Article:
If A News Spot Runs In A Mall, Does Anyone Watch It?


Are tight, graphically intense micro news spots and features built for mobile just the content ticket for people who are out in malls shopping?

Not sure, at all, but credit to Adspace Digital Mall Network for going off the heavily worn and dubious playbook by trying something new with information feeds.

The company, which has digital OOH ad screens installed in some 200 malls across the US, has done a partnership with NowThis News to bring short-form video news content to shoppers.

NowThis News already does video news for Instagram and will create three types of features to fit the Adspace large format Smart Screens:

  • Twelve-second breaking news headlines, automatically updated in real time.
  • Fifteen second Instagram edition videos that capture the essence of current and feature news
  • Thirty second news video teasing version, which can be accessed on a smart phone by tapping or scanning an NFC/QR Code enabled “mTAG” on the Smart Screen enclosure.

The two companies will also try to tap into the estimated 26 percent (on average) of marketing budgets brands spend on branded content, by developing  branded content packages to move across both Adspace and NowThis News’ social and mobile outlets.

“We are committed to delivering the news that matters most to the social and mobile generation wherever they are,” said Frank Kavilanz, NowThis News SVP of Strategy and Business Development. “This partnership allows us to reach into malls across the country with timely video and offer brands the opportunity to influence purchase decisions of shoppers through branded content.”

The news release continues:

Adspace’s core programming has focused on the shopping experience, such as highlighting fashion trends and deals within the mall. With this partnership, Adspace is expanding its content offerings targeted directly at Millennials. These mobile-savvy, increasingly social shoppers are accustomed to accessing content where and when they want. Now, they have the ability to view the NowThis News social videos anywhere at will.

“NowThis News helps us target Millennials with content that grabs their attention, and is shareable because of our ability to connect with their smartphones,” said Bill Ketcham, Executive Vice President/CMO of Adspace.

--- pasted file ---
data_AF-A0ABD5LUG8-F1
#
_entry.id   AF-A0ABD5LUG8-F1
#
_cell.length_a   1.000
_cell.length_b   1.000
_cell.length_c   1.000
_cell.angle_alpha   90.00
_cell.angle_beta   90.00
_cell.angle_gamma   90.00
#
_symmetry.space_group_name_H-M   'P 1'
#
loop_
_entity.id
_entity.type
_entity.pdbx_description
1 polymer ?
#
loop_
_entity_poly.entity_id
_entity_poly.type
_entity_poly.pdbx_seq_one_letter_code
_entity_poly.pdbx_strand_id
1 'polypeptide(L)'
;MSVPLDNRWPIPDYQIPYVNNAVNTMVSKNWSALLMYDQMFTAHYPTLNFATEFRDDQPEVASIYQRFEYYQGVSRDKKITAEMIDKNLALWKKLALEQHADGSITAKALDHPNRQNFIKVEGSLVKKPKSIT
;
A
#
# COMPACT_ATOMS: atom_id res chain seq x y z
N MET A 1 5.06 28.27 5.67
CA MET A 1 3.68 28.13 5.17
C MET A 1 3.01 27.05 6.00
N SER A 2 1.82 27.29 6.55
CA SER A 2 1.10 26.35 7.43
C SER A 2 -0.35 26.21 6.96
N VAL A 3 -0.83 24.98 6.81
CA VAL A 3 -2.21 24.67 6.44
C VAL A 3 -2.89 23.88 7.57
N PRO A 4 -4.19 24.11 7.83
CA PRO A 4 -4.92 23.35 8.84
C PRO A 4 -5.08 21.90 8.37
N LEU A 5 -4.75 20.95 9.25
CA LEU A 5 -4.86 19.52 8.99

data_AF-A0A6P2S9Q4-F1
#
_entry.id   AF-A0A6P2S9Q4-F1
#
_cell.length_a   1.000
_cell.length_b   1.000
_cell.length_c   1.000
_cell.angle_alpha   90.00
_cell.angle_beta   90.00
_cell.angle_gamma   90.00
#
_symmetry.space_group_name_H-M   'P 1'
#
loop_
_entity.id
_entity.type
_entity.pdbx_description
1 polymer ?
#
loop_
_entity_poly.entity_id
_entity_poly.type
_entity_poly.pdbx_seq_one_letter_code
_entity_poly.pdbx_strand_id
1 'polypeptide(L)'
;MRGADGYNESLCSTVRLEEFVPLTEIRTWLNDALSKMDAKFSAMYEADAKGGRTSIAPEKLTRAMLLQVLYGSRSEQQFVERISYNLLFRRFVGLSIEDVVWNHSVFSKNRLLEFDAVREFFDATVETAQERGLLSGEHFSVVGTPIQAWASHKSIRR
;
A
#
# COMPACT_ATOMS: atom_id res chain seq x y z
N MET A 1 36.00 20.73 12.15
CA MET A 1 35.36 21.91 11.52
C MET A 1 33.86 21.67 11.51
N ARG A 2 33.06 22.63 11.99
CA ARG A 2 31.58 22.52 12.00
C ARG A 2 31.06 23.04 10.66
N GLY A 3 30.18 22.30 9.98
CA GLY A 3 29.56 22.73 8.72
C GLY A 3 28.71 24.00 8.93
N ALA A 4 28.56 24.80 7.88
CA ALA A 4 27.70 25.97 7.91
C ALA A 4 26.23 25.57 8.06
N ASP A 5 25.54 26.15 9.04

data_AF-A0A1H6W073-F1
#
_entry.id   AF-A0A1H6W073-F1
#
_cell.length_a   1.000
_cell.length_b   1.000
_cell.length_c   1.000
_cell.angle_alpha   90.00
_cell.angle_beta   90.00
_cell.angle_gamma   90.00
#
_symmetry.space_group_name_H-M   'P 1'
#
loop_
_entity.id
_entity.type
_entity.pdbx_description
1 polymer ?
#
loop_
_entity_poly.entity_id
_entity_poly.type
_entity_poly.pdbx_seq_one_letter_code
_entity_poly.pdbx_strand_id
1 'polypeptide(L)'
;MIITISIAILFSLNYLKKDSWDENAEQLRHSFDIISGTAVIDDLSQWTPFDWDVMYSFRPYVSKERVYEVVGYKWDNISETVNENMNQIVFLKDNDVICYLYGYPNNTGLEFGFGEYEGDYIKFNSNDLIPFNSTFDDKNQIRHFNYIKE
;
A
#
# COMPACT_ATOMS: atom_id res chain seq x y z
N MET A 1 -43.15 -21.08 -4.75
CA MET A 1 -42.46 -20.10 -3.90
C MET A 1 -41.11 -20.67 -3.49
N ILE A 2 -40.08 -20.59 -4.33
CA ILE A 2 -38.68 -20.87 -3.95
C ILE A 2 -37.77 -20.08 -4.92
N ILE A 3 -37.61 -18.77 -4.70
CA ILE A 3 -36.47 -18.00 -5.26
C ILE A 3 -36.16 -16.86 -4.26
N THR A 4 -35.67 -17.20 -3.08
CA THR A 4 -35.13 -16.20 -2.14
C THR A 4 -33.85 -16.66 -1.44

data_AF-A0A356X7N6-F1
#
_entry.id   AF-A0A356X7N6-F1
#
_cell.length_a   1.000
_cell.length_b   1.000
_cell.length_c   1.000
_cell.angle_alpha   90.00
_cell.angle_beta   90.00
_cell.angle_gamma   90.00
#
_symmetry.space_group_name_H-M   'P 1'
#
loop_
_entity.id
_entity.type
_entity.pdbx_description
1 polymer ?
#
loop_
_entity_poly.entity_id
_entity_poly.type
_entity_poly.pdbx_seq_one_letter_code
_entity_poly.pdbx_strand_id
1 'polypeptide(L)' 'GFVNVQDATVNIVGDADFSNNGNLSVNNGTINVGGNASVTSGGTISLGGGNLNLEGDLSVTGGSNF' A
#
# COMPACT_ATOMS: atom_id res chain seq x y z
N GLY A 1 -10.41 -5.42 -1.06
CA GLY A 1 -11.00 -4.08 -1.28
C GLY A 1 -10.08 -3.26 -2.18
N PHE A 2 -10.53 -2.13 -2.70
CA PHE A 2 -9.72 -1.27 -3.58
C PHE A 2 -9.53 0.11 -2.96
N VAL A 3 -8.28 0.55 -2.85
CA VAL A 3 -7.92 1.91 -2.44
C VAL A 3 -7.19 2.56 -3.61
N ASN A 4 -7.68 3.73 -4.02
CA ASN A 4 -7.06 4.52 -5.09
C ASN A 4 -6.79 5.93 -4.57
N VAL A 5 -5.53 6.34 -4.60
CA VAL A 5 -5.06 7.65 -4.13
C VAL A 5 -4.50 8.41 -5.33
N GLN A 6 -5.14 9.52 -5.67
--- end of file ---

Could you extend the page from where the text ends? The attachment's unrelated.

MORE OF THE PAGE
Sue Danaher, Executive Vice President/CRO added, “Importantly, this partnership will create branded content for our advertising partners that will more effectively connect with this skeptical target.”

I am skeptical. The production values of the content are really good and interesting, but I’m not at all convinced there is an appetite or demand of any kind for news in a shopping mall. Soft news, like entertainment, maybe … but just maybe. The people doing these spots understand the allure of good teaser headlines, like: X-Rays May Prove Monroe Had Work Done.

There is also a modest challenge in that the Instagram spots are audio-driven. But many of the spots I looked at also had supporting, hyper-kinetic text narrative.

What I think has legs is branded content, and these guys have the skill set to produce stuff that dances the line between news and ads. That could work well for things like apparel and electronics, the former obviously being a big part of just about any mall. The mobile tie, via NFC or QR code, could work well here, in theory.

Until now, I believe Adspace editorial has been limited to curated deal highlights available in each mall, which is really sound. We’ll see how layering in more editorial affects viewer recall rates and sales. Like almost all Digital OOH networks, Adspace would love to nudge up its percentage of sold inventory.


Dave Haynes

Dave Haynes

Editor/Founder at Sixteen:Nine
Dave Haynes is the founder and editor of Sixteen:Nine, an online publication that has followed the digital signage industry for more than 12 years. Dave does strategic advisory consulting work for many end-users and vendors, and also writes for many of them. He's based near Halifax, Nova Scotia.
Dave Haynes


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Dave Haynes

2 thoughts on “If A News Spot Runs In A Mall, Does Anyone Watch It?”

  1. corrected: So it’s not just me… Some other people don’t quite get it either…
    As I commented when the original press release came out: I would like to see a single study suggesting that mall customers want to see news on digital signs. Hadn’t they just heard all the news in the car or seen it already on their mobiles? Why do they need a mall to be their news source? It seems to be an awful waste of valuable inventory… Unless the inventory is heavily undersold. I’d like to be enlightened if I am mistaken. And what’s wrong with digital signs just helping shoppers to find what they want faster and at the lowest price, and may be cross-sell and up sell them in the process? Isn’t that what they came there for?

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